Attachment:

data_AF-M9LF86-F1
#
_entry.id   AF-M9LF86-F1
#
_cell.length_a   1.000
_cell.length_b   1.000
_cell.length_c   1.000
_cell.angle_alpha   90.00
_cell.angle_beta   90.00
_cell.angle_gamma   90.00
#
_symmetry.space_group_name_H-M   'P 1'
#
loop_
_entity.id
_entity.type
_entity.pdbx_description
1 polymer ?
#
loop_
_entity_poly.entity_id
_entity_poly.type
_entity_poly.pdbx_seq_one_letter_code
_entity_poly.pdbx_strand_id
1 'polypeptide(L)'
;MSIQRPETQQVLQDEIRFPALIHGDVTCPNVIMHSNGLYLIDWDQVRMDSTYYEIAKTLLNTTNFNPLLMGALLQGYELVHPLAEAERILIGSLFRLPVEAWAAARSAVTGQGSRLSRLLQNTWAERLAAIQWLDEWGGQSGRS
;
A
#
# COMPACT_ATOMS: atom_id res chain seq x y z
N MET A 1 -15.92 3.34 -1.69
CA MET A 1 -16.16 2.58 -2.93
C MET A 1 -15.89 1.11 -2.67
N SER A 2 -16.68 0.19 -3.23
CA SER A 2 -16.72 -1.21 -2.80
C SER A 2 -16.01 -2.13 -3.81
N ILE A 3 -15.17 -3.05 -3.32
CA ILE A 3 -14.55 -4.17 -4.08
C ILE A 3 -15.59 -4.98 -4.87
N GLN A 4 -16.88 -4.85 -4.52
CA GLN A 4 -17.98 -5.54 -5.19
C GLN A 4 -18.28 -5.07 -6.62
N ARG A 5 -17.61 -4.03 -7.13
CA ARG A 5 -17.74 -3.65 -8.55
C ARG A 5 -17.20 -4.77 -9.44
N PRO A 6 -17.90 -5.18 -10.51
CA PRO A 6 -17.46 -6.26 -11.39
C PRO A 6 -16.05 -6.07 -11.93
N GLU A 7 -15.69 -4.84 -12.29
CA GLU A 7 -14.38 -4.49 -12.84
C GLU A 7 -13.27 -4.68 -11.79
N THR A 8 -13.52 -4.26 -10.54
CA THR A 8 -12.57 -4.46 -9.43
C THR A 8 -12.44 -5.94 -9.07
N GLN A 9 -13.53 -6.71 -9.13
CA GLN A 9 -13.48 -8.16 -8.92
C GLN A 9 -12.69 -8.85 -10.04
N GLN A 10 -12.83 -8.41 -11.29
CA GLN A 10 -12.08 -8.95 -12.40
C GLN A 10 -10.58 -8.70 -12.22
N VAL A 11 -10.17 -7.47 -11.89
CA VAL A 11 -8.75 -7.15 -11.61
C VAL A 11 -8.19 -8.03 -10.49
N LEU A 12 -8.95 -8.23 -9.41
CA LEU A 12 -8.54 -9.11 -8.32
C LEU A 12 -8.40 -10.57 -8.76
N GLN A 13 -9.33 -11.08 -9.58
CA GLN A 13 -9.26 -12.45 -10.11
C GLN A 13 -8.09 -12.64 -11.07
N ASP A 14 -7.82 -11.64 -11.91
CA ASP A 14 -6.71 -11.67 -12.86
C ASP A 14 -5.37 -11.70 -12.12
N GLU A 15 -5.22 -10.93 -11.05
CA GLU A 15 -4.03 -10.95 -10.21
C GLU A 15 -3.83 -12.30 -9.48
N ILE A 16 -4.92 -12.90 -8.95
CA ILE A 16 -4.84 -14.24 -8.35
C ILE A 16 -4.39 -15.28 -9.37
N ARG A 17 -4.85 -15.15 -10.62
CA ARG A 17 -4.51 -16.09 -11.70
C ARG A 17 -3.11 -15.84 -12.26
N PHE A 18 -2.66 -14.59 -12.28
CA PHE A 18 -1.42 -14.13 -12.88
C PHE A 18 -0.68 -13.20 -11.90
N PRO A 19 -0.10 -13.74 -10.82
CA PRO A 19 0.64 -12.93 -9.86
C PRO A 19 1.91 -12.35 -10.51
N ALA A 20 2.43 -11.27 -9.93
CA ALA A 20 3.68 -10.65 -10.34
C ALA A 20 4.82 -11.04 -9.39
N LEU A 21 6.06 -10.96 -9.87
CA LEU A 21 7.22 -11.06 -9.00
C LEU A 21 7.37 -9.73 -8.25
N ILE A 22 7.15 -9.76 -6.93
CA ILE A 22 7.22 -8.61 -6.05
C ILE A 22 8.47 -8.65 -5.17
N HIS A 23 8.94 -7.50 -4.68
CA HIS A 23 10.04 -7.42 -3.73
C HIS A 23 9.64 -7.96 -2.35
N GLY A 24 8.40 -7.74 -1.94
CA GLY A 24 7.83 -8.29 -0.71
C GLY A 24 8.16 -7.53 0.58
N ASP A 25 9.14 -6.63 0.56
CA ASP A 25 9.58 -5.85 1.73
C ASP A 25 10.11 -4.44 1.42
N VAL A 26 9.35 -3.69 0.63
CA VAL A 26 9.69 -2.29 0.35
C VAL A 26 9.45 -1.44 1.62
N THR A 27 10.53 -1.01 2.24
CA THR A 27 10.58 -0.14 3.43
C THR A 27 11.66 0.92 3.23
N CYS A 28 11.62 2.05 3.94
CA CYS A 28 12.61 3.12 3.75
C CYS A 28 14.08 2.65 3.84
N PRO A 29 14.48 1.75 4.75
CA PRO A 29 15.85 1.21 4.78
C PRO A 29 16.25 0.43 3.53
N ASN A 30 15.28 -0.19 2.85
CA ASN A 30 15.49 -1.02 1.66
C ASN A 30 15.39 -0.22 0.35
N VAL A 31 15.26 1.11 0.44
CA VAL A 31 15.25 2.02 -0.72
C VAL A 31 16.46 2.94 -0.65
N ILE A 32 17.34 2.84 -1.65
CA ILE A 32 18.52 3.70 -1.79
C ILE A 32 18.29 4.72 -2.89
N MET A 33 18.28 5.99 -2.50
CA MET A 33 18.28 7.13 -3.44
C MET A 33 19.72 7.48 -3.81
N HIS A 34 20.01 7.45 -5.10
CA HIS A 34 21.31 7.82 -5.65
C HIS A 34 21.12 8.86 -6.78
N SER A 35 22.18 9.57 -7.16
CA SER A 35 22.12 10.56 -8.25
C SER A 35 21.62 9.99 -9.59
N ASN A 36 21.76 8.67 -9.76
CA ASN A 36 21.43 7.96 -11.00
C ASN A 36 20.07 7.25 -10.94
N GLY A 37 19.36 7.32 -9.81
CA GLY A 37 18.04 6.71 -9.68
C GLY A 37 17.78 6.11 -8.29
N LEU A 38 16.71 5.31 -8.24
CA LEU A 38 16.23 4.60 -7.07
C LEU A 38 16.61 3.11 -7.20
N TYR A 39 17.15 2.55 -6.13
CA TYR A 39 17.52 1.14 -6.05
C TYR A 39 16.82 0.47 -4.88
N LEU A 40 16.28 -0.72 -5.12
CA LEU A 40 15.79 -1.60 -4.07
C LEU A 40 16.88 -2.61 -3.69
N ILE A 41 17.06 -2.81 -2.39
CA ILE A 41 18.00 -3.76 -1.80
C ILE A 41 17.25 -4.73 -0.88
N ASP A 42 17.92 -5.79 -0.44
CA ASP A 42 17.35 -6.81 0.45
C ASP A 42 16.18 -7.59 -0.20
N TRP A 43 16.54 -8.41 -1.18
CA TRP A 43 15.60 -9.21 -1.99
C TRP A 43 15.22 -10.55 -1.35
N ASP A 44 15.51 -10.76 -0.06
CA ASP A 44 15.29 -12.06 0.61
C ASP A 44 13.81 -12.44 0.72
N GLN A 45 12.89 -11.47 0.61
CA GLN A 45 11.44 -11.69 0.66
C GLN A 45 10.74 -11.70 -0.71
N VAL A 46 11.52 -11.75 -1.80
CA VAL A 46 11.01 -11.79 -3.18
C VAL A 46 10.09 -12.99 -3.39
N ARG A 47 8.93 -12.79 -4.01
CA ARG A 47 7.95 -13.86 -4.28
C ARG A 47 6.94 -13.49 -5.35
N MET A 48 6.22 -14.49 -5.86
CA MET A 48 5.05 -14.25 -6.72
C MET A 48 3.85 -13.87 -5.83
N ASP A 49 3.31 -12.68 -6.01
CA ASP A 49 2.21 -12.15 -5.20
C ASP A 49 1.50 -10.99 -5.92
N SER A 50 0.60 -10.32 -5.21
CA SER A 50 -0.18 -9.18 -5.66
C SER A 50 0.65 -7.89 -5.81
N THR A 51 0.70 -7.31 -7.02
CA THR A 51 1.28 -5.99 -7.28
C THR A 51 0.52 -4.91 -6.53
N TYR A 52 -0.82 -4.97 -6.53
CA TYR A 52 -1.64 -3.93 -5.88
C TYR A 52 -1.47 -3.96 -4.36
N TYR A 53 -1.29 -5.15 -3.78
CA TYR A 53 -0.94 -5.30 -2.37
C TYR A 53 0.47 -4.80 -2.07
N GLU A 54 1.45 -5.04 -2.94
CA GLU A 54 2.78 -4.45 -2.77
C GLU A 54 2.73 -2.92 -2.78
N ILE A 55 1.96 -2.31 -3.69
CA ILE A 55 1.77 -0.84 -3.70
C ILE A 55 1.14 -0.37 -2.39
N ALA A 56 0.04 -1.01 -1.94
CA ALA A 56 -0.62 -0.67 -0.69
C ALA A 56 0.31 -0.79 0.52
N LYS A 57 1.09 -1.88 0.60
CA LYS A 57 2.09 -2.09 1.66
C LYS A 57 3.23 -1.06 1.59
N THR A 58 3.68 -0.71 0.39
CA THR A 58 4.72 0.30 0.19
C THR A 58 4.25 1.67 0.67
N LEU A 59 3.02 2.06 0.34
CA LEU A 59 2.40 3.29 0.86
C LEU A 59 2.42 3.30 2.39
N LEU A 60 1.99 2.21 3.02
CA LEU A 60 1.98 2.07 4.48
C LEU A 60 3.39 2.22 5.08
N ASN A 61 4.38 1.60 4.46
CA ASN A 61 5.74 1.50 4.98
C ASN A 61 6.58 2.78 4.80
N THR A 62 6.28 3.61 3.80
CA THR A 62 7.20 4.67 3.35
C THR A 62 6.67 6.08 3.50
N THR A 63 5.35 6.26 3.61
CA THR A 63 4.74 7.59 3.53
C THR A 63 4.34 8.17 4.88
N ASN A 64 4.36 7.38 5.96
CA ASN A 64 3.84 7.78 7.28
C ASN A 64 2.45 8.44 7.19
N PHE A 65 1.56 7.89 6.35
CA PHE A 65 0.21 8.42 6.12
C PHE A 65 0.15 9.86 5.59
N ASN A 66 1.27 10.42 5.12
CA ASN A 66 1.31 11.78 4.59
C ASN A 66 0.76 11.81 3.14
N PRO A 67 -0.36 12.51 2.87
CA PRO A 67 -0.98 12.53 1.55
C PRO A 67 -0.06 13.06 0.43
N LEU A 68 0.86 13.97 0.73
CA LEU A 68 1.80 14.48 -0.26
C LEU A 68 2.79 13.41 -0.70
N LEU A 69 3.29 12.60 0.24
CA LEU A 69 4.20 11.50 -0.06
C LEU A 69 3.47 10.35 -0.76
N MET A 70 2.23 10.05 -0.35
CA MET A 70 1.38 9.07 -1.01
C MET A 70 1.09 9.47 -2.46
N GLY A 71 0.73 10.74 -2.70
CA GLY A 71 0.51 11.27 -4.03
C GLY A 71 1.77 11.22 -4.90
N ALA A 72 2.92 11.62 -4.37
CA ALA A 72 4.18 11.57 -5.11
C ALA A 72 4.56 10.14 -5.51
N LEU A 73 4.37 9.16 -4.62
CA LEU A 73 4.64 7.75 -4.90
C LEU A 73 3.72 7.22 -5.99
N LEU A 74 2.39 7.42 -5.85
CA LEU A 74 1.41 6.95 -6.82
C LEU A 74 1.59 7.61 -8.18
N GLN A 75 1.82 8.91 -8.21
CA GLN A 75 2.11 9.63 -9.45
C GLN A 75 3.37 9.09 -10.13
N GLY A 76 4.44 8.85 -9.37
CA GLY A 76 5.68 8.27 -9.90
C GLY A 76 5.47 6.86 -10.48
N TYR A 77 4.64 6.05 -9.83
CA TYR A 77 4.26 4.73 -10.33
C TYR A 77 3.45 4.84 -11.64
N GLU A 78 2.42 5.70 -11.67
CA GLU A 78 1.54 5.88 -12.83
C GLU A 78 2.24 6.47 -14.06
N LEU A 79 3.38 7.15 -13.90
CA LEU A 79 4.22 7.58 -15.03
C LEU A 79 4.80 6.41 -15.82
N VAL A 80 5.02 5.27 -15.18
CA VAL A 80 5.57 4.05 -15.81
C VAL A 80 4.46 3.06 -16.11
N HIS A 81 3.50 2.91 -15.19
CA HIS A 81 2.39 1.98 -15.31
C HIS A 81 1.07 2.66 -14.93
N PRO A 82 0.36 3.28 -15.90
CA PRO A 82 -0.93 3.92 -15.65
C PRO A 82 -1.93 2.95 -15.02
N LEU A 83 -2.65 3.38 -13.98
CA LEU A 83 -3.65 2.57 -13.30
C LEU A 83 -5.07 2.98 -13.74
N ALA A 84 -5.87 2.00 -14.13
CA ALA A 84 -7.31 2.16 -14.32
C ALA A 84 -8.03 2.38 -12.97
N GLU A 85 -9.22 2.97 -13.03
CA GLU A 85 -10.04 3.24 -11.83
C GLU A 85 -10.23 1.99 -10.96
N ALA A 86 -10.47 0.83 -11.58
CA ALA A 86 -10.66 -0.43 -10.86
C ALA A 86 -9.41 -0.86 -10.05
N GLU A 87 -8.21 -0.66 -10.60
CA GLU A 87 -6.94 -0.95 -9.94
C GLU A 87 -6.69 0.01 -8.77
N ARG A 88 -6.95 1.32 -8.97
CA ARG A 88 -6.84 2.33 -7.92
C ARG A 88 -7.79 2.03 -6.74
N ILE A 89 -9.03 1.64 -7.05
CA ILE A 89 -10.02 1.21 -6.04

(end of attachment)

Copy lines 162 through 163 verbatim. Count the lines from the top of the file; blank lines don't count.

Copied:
C ASP A 44 13.81 -12.44 0.72
N GLN A 45 12.89 -11.47 0.61